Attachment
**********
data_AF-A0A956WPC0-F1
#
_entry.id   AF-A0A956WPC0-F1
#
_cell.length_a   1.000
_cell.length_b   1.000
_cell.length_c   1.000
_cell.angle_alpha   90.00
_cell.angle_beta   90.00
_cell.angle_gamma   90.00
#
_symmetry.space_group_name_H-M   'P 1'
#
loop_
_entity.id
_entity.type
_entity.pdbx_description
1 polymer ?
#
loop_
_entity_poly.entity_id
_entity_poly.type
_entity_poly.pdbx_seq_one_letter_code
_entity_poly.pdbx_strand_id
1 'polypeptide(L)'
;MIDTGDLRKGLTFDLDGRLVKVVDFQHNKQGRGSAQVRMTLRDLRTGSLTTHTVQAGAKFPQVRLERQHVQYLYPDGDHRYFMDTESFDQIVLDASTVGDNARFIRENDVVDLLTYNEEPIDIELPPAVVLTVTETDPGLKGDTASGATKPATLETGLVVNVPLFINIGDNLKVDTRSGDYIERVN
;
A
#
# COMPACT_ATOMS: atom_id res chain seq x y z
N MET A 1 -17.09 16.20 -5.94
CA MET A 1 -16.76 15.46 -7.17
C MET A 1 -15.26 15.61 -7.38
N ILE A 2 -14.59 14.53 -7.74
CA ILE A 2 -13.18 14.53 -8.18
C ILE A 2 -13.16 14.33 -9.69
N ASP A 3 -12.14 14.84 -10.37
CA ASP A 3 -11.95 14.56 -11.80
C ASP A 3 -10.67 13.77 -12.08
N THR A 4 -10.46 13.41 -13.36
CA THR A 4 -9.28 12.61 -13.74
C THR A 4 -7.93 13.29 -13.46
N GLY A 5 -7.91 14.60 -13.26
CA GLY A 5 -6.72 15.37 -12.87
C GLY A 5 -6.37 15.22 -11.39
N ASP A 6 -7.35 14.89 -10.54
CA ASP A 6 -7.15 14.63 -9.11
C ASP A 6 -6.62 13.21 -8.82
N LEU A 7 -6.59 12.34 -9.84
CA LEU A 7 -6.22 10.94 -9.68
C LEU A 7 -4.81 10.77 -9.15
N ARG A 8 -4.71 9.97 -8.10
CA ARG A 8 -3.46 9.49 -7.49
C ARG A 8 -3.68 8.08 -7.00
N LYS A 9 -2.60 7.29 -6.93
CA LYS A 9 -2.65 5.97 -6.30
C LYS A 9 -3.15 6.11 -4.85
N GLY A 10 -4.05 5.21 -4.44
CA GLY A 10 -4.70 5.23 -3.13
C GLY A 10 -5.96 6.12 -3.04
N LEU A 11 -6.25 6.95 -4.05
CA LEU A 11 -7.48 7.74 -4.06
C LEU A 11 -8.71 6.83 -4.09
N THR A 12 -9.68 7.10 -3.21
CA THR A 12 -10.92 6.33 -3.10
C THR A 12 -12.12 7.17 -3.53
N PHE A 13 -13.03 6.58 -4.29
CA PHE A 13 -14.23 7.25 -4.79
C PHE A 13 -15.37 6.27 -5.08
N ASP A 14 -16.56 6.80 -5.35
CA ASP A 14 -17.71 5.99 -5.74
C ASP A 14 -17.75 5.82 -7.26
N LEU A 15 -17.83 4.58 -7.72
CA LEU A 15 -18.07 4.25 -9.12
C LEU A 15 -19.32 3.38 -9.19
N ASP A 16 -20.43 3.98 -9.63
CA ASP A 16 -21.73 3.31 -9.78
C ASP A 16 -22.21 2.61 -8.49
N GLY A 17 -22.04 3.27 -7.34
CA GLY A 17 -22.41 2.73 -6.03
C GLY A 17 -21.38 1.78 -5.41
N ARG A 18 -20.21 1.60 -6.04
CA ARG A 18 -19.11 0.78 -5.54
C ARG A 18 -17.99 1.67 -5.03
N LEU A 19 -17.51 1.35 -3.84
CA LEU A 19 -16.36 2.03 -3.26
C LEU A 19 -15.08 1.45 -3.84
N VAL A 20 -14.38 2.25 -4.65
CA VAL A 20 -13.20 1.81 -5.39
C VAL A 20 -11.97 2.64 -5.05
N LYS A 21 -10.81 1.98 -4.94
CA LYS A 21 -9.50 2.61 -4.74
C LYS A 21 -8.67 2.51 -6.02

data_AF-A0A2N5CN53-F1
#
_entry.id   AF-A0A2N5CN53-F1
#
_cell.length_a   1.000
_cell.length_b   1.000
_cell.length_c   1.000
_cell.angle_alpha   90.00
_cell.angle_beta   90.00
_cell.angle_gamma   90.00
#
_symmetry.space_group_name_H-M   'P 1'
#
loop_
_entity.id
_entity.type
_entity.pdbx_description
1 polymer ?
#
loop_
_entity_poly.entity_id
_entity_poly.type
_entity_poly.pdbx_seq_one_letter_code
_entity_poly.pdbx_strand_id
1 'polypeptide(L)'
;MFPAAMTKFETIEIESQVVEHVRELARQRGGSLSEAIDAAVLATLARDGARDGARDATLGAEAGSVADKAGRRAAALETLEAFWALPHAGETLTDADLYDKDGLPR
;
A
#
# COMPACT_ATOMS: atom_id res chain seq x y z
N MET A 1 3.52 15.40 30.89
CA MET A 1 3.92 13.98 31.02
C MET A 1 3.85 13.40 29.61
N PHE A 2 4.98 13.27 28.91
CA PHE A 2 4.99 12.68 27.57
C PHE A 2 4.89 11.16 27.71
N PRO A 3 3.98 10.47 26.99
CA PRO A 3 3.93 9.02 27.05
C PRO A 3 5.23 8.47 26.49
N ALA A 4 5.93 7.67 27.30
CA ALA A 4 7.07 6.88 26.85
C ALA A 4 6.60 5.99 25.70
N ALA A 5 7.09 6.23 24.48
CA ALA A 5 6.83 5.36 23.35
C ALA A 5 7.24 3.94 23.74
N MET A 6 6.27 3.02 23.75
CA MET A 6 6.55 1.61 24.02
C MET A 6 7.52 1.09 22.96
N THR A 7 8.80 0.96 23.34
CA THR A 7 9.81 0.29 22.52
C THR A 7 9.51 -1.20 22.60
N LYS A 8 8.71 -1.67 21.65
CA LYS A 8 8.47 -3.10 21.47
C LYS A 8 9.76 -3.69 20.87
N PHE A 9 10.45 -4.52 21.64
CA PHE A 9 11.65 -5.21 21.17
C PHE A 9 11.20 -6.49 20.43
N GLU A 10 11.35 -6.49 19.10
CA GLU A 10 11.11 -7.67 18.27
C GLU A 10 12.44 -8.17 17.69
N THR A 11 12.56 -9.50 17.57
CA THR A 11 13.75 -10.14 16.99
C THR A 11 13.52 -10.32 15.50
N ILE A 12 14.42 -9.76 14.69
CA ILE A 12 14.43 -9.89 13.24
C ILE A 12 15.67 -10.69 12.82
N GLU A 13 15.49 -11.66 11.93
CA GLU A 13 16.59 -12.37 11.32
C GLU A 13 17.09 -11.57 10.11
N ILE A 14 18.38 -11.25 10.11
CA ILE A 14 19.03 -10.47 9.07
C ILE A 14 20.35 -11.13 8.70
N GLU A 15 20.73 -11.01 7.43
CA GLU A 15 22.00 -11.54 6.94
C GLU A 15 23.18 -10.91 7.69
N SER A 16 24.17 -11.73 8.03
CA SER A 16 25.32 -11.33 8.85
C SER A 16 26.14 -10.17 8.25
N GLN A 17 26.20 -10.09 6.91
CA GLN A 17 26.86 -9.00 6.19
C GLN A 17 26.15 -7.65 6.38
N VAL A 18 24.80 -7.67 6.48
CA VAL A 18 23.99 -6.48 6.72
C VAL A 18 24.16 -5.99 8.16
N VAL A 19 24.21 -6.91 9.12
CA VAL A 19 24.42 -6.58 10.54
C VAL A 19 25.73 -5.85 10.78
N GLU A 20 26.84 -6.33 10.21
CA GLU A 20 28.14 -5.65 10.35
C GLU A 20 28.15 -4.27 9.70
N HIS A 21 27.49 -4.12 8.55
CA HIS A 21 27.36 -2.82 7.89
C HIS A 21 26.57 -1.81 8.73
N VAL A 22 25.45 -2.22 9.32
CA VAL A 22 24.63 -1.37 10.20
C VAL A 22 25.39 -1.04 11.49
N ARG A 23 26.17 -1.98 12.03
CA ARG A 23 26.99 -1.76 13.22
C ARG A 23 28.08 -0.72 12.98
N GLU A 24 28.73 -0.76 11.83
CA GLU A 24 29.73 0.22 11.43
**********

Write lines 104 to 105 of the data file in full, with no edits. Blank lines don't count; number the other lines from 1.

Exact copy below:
#
_symmetry.space_group_name_H-M   'P 1'